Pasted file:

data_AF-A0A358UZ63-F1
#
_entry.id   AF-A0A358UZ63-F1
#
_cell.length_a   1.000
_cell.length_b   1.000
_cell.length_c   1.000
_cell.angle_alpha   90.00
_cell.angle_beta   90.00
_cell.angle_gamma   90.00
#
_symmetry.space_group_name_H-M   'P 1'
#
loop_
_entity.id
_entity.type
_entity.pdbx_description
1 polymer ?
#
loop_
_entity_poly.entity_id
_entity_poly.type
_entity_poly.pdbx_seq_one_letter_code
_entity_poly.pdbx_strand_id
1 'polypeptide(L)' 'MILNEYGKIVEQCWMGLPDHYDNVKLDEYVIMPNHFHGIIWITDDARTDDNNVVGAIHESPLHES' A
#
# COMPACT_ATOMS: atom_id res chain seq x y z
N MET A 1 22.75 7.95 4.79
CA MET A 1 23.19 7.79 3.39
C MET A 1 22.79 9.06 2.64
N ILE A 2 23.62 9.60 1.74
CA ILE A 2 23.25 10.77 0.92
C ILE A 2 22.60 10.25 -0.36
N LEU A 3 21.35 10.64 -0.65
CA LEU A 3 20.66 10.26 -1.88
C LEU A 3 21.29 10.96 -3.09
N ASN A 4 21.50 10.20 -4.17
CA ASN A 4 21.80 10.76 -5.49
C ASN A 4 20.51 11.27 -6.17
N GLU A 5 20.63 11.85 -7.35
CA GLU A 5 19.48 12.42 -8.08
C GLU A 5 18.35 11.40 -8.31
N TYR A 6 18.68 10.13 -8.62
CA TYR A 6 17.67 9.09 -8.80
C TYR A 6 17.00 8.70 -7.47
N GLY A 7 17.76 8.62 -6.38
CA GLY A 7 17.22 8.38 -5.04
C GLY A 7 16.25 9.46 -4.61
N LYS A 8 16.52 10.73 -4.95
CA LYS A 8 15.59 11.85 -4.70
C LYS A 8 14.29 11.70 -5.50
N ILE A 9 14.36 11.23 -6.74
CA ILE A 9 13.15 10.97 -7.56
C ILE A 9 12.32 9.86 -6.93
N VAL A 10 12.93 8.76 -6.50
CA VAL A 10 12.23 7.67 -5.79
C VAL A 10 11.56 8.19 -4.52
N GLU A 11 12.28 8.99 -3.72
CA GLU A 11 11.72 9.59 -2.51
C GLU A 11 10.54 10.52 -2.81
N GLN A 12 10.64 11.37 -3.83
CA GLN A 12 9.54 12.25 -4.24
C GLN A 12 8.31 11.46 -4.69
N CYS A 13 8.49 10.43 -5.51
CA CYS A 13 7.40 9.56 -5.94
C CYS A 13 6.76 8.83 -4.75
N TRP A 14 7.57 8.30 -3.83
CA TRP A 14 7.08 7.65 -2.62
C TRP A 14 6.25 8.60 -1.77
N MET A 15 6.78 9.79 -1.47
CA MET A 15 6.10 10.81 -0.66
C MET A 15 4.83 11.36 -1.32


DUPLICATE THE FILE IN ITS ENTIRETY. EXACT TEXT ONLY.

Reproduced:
data_AF-A0A358UZ63-F1
#
_entry.id   AF-A0A358UZ63-F1
#
_cell.length_a   1.000
_cell.length_b   1.000
_cell.length_c   1.000
_cell.angle_alpha   90.00
_cell.angle_beta   90.00
_cell.angle_gamma   90.00
#
_symmetry.space_group_name_H-M   'P 1'
#
loop_
_entity.id
_entity.type
_entity.pdbx_description
1 polymer ?
#
loop_
_entity_poly.entity_id
_entity_poly.type
_entity_poly.pdbx_seq_one_letter_code
_entity_poly.pdbx_strand_id
1 'polypeptide(L)' 'MILNEYGKIVEQCWMGLPDHYDNVKLDEYVIMPNHFHGIIWITDDARTDDNNVVGAIHESPLHES' A
#
# COMPACT_ATOMS: atom_id res chain seq x y z
N MET A 1 22.75 7.95 4.79
CA MET A 1 23.19 7.79 3.39
C MET A 1 22.79 9.06 2.64
N ILE A 2 23.62 9.60 1.74
CA ILE A 2 23.25 10.77 0.92
C ILE A 2 22.60 10.25 -0.36
N LEU A 3 21.35 10.64 -0.65
CA LEU A 3 20.66 10.26 -1.88
C LEU A 3 21.29 10.96 -3.09
N ASN A 4 21.50 10.20 -4.17
CA ASN A 4 21.80 10.76 -5.49
C ASN A 4 20.51 11.27 -6.17
N GLU A 5 20.63 11.85 -7.35
CA GLU A 5 19.48 12.42 -8.08
C GLU A 5 18.35 11.40 -8.31
N TYR A 6 18.68 10.13 -8.62
CA TYR A 6 17.67 9.09 -8.80
C TYR A 6 17.00 8.70 -7.47
N GLY A 7 17.76 8.62 -6.38
CA GLY A 7 17.22 8.38 -5.04
C GLY A 7 16.25 9.46 -4.61
N LYS A 8 16.52 10.73 -4.95
CA LYS A 8 15.59 11.85 -4.70
C LYS A 8 14.29 11.70 -5.50
N ILE A 9 14.36 11.23 -6.74
CA ILE A 9 13.15 10.97 -7.56
C ILE A 9 12.32 9.86 -6.93
N VAL A 10 12.93 8.76 -6.50
CA VAL A 10 12.23 7.67 -5.79
C VAL A 10 11.56 8.19 -4.52
N GLU A 11 12.28 8.99 -3.72
CA GLU A 11 11.72 9.59 -2.51
C GLU A 11 10.54 10.52 -2.81
N GLN A 12 10.64 11.37 -3.83
CA GLN A 12 9.54 12.25 -4.24
C GLN A 12 8.31 11.46 -4.69
N CYS A 13 8.49 10.43 -5.51
CA CYS A 13 7.40 9.56 -5.94
C CYS A 13 6.76 8.83 -4.75
N TRP A 14 7.57 8.30 -3.83
CA TRP A 14 7.08 7.65 -2.62
C TRP A 14 6.25 8.60 -1.77
N MET A 15 6.78 9.79 -1.47
CA MET A 15 6.10 10.81 -0.66
C MET A 15 4.83 11.36 -1.32